[Page 147, line 13] Coastguard cottages The Coastguards were responsible for policing the beaches and cliffs against smugglers and other miscreants.
[Page 148, line 26] Low German either Dutch or one of the non-High German dialects.
[Page 151, line 5] Having their Revolution...and red caps was all the fashion In 1789-93 the French people rose against their rulers, overthrew the monarchy, and established a revolutionary republic, dedicated to 'Liberty, Equality, and Fraternity'. King Louis XVI was guillotined in January 1793. The red 'Cap of Liberty', the classical Phrygian cap, was a symbol of the revolution.
[Page 151, line 10] man o' war a warship.
[Page 151, line 19] press-gangs when sailors were needed the Navy sent out gangs of men to seize people in the street and enlist them by force. Naval life was so hard that there were never enough free volunteers.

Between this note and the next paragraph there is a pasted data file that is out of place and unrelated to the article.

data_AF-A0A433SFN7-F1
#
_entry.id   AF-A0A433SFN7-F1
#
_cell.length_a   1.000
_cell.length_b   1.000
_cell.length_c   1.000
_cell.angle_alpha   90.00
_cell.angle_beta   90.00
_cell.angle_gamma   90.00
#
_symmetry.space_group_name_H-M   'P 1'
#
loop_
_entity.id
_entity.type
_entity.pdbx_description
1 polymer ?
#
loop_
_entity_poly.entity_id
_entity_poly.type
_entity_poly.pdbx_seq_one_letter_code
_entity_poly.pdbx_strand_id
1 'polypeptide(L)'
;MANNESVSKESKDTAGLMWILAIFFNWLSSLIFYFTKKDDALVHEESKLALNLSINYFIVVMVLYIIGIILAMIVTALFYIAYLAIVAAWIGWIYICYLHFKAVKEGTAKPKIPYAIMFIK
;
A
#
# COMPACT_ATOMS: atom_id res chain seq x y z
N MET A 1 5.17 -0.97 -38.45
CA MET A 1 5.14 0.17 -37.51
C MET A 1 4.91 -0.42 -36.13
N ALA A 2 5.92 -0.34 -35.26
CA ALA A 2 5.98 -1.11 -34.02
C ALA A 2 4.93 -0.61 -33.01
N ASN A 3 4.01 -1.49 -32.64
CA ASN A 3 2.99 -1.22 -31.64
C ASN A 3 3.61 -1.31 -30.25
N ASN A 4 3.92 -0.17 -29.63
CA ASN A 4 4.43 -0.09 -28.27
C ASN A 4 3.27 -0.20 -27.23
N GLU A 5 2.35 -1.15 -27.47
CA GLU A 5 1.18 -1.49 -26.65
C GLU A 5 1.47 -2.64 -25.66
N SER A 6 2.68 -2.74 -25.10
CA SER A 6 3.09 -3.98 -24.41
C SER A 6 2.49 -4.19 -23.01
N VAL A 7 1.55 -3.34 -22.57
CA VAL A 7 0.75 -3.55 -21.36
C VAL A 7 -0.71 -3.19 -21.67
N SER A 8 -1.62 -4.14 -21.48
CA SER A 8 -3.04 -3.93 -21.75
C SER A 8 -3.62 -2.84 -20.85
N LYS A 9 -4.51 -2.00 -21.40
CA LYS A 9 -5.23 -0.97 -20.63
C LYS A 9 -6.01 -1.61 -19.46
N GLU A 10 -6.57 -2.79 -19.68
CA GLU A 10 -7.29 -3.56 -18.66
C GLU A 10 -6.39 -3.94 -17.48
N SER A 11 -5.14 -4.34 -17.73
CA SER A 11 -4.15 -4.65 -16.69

[Page 151, line 30] revenue cutter a small fast sailing boat designed to intercept and capture smugglers.
[Page 151, line 32] kegs small barrels.
[Page 152, line 32] dunnage sailors' baggage.
[Page 153, line 22] Citizen To express their new principle of equality, the revolutionary French addressed each other as 'citizen' or 'citizeness' rather than the more respectful and traditional 'Monsieur', 'Madame', 'Mon Capitaine', etc.
[Page 153, line 32] Genęt Edmond-Charles Genęt (1763-1834); appointed chargé d'affaires to the United States in April 1793. Hailed as `Citizen Genęt' by Americans who favoured the Revolution, he manoeuvred to bring the United States into the war against Britain on France's side. From the outbreak of the war, Washington had stood for a policy of American neutrality, and in Aug. 1793 he asked for Genęt's recall. The latter elected to remain in America, married, and became a farmer.
[Page 154, line 1] a rooks' parliament rooks are big black untidy birds, like crows, given to crowding together in noisy conclave.
[Page 154, line 7] Danton (1759-94) French revolutionary leader.